The area of Cotton Tree is generally bounded by the Maroochy River and Cornmeal Creek to the north and to the south and west by Aerodrome Road and by the Pacific Ocean to the east.
The area takes its name from the Hibiscus tiliaceus plant which is also known as Coastal Cotton tree or Cottonwood. Many of these trees are still visible near the caravan park and near the old creek near Fourth Avenue.
Cotton Tree is a very beautiful spot with beautiful sandy tracts near the river entrance and on the ocean side.
There are two main islands near the river entrance, Goat Island and Channel Island joined by a sandy tract with a smaller island, Pincushion Island just outside the river entrance. Goat Island and Channel Island are an excellent haven for water birds around the sandy and mangrove shorelines.
The first image is from the vicinity of the Cotton Tree caravan park showing the jetty on the Maroochydore River.
The image below is of the sea wall erosion protection barrier by sand bags at the river entrance.
The shorelines around the river entrance and the islands is excellent for kayaking and I spent many hours chasing the birdlife in my Hobie Outback. Many birds are plentiful around the shoreline, Pied Oyster Catchers were plentiful around the tidal flats and there are two images below of these beautiful birds.
I was able to catch the The Pied Oystercatcher in the below image just as it was taking off.
There were also plenty of Crested Terns
Even around the Cotton Tree caravan park itself, there were birds and this is where the juvenile Pied Butcherbird in the image below was captured.
One of the highlights of my kayaking in this are was watching a Pied Cormorant for a considerable time. He kept diving down and surfacing in a different spot. I kept watching him and eventually he came up with a large fish, a flounder. He fought the fish for some time but unluckily for him, the fish finally escaped and he went without his meal.
That is the general luck when fishing, there is always the sad story of the one that got away.
I was fortunate to see an Intermediate Egret in its full breeding plumage.
In the image below the Egret is doing a nice dance in front of me all dressed up in his breeding -plumage.
Below is a White Faced Heron looking for a tasty morsel hidden in the sand flats.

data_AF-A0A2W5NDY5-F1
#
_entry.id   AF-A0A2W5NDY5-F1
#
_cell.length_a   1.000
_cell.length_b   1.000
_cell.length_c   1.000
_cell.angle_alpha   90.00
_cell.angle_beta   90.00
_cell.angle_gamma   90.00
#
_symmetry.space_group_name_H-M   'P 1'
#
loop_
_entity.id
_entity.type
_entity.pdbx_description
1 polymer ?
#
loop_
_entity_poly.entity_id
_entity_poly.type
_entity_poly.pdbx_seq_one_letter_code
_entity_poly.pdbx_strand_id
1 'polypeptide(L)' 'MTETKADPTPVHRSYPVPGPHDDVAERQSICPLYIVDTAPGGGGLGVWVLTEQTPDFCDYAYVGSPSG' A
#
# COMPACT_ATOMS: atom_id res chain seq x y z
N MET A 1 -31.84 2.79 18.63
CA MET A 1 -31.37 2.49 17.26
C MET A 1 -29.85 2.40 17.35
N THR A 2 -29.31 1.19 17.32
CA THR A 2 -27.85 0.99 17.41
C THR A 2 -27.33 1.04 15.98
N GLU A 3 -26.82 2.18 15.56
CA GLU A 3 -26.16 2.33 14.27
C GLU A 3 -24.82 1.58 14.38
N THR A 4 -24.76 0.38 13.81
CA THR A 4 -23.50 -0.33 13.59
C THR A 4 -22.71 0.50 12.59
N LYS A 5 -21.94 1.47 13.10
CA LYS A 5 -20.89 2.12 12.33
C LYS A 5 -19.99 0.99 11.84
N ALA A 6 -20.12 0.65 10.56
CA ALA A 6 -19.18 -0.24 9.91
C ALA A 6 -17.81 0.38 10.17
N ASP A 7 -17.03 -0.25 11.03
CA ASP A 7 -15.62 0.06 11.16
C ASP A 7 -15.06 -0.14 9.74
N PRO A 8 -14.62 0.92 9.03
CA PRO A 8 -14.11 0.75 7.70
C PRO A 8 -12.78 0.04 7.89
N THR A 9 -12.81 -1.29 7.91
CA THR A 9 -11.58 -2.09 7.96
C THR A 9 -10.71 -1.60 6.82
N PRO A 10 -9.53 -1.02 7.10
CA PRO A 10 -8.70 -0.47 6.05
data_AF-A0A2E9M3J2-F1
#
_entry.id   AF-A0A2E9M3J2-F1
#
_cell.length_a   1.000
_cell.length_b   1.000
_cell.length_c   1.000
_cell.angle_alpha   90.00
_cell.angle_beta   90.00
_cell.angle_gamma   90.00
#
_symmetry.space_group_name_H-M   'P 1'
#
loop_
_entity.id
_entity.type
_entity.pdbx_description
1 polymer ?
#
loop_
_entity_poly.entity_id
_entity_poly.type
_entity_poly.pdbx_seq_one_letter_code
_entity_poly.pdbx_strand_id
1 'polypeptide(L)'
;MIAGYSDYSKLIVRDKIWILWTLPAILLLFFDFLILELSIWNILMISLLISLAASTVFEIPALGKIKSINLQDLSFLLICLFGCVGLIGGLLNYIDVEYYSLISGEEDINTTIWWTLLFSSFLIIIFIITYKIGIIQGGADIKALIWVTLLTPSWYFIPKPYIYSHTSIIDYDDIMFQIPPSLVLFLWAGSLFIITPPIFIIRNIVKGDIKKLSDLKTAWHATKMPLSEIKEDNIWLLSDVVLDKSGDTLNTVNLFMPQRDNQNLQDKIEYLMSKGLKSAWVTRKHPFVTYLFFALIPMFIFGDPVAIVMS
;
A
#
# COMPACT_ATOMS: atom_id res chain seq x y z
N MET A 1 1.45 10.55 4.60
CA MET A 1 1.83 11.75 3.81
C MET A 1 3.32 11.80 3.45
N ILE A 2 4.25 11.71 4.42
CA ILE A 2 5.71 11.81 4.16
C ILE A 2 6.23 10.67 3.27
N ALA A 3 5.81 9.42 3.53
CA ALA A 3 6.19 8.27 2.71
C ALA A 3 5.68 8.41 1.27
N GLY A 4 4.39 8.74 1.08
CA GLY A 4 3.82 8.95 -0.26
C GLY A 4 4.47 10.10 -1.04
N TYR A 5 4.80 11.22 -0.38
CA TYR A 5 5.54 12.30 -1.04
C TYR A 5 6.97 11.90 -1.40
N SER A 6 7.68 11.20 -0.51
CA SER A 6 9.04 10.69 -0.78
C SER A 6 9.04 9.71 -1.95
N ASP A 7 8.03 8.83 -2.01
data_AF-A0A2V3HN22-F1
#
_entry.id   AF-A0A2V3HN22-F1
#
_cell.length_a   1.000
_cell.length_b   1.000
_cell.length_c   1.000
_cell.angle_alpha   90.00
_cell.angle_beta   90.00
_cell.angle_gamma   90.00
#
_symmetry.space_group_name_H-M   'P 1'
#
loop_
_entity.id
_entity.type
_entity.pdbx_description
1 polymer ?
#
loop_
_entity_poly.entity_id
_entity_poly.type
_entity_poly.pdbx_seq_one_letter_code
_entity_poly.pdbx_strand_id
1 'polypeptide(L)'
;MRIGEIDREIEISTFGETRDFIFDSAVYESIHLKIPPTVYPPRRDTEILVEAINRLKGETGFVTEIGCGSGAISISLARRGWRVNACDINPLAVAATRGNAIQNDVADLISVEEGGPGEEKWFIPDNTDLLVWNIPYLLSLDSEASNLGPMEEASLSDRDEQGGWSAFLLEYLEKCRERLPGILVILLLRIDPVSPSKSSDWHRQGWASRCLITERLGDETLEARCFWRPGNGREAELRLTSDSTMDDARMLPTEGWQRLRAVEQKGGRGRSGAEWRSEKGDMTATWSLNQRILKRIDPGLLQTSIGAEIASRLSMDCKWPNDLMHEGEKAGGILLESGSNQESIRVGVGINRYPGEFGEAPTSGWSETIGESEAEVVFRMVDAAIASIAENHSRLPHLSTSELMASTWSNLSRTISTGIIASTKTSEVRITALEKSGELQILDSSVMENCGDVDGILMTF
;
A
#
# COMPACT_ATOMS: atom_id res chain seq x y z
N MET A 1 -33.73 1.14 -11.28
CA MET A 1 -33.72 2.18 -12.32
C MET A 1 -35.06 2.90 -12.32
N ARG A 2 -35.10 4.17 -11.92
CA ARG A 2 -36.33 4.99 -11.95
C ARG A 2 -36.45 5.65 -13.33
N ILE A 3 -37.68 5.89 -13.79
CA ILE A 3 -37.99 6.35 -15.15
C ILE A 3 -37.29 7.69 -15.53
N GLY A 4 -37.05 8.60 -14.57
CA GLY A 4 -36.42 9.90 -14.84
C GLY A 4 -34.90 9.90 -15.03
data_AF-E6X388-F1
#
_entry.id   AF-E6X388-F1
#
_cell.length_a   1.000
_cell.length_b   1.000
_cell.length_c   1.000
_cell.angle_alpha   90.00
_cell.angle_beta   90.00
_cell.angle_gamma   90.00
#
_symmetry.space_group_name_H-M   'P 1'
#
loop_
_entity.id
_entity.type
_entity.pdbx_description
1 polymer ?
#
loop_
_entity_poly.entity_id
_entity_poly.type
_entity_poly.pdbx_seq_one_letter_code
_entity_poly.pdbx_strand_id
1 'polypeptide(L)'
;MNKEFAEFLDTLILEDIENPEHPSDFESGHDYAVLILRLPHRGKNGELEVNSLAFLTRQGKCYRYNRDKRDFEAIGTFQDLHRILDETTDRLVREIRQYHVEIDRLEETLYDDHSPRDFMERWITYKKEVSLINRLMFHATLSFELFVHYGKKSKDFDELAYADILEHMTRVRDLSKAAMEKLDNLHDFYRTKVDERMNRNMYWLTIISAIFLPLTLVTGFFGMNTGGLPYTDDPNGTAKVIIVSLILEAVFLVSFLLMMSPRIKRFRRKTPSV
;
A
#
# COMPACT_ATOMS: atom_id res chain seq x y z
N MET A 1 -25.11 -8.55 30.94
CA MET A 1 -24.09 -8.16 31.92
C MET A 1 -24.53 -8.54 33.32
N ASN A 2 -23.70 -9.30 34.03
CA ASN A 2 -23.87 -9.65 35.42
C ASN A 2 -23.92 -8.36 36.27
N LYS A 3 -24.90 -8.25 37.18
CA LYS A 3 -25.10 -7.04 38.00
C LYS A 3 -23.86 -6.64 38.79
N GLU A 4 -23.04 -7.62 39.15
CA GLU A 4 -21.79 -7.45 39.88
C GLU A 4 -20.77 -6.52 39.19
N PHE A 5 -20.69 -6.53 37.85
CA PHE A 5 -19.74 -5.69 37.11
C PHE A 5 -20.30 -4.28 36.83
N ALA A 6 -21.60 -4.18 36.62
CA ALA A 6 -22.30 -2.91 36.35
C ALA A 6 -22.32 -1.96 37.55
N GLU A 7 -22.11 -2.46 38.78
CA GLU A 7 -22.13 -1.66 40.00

In the image of the two Pied Cormorants below I liked the way the two birds were looking in the same direction and they seemed to be oblivious to me approaching in the kayak.
There are plenty of Pelicans here and I was amused to see this group of Pelicans all preening themselves in unison.
A beautiful Nankeen Night Heron perched nearby on a branch for a convenient photograph.
There was on occasions a flock of Sandpipers in one area and managed to get a nice image.
For the above top two seascape images I used the Nikkor 28mm f/1.8G lens and for all the above bird images I used either the Nikkor 200-500mm f/5.6E lens or the Nikkor 300mm f/4D lens with a D810 camera for all images.
Generally I do prefer the 200-500mm lens for bird photography due to the extra reach of the lens but the 300mm lens is much lighter and easier to handle. Initially I thought the 200-500mm lens was too heave to handle in the kayak and prefered the 300mm, however with time I am getting more used to the large 200-500mm lens and am starting to use it much more in the kayak.
If you do get involved in kayak photography make sure you use one of the water proof cases such as one of the pelican cases or the vanguard cases. I use one of the vanguard cases and find it very good. Sometimes the water roughs up and I need to put the camera away in the case for protection, it is not worth subjecting your expensive camera gear to be exposed to salt spray.
The equipment I recommend for my photography is as follows and all can be purchased at B&H.